Administration of the beta-adrenoceptor blocker propranolol impairs the processing of facial expressions of sadness.
Harmer CJ., Perrett DI., Cowen PJ., Goodwin GM.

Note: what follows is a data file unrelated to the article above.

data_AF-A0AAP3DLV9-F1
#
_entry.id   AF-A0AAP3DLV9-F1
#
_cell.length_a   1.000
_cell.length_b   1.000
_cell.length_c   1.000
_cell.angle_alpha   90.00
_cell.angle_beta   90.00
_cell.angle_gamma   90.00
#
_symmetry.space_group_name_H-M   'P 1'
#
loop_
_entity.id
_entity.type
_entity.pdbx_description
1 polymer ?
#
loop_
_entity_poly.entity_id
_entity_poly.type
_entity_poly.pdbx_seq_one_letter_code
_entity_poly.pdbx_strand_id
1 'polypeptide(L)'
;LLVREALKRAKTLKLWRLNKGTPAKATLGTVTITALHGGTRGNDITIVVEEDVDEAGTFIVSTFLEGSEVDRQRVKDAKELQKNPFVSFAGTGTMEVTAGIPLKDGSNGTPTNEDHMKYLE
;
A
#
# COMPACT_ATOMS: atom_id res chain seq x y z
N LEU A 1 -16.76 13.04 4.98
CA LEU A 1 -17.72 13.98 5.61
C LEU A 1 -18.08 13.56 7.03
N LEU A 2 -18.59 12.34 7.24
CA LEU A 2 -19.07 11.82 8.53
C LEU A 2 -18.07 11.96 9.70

RATIONALE: Noradrenergic processes within the amygdala have been implicated in the modulation of memory for emotional material. The amygdala has also been associated with the processing of facial expressions of emotion, particularly those of fear and sadness. However, the role of noradrenaline in the latter process is unknown. OBJECTIVE: Therefore the present study examined the effect of an oral beta-blocker (propranolol, 80 mg) upon facial expression recognition in healthy volunteers. METHODS: Facial expressions of six basic emotions, which had been "morphed" between neutral and each emotional standard, were used in the recognition task. Subjects completed this task both before and 1 h following either propranolol or a placebo. Control measures of choice reaction time and vigilance performance were also included to assess any non-specific effects of the drug upon alertness and speed. RESULTS: The administration of propranolol, relative to placebo, specifically increased reaction time to identify facial expressions of sadness correctly, in the absence of changes in speed to recognise other facial expressions of emotion. Subjective ratings of mood and alertness as well as speed in the two control tasks were not altered by propranolol, arguing against an account in terms of general sedation. CONCLUSIONS: These data suggest that noradrenergic processes are not only involved in memory for emotional material but also in the evaluation of sadness from facial expression. The selective nature of this effect adds to evidence suggesting that the recognition of different expressions of emotion depends upon at least partly separable neural processes. A role for noradrenaline in recognising sadness in others has potential relevance for our understanding of disorders characterised by disturbances in emotional processing.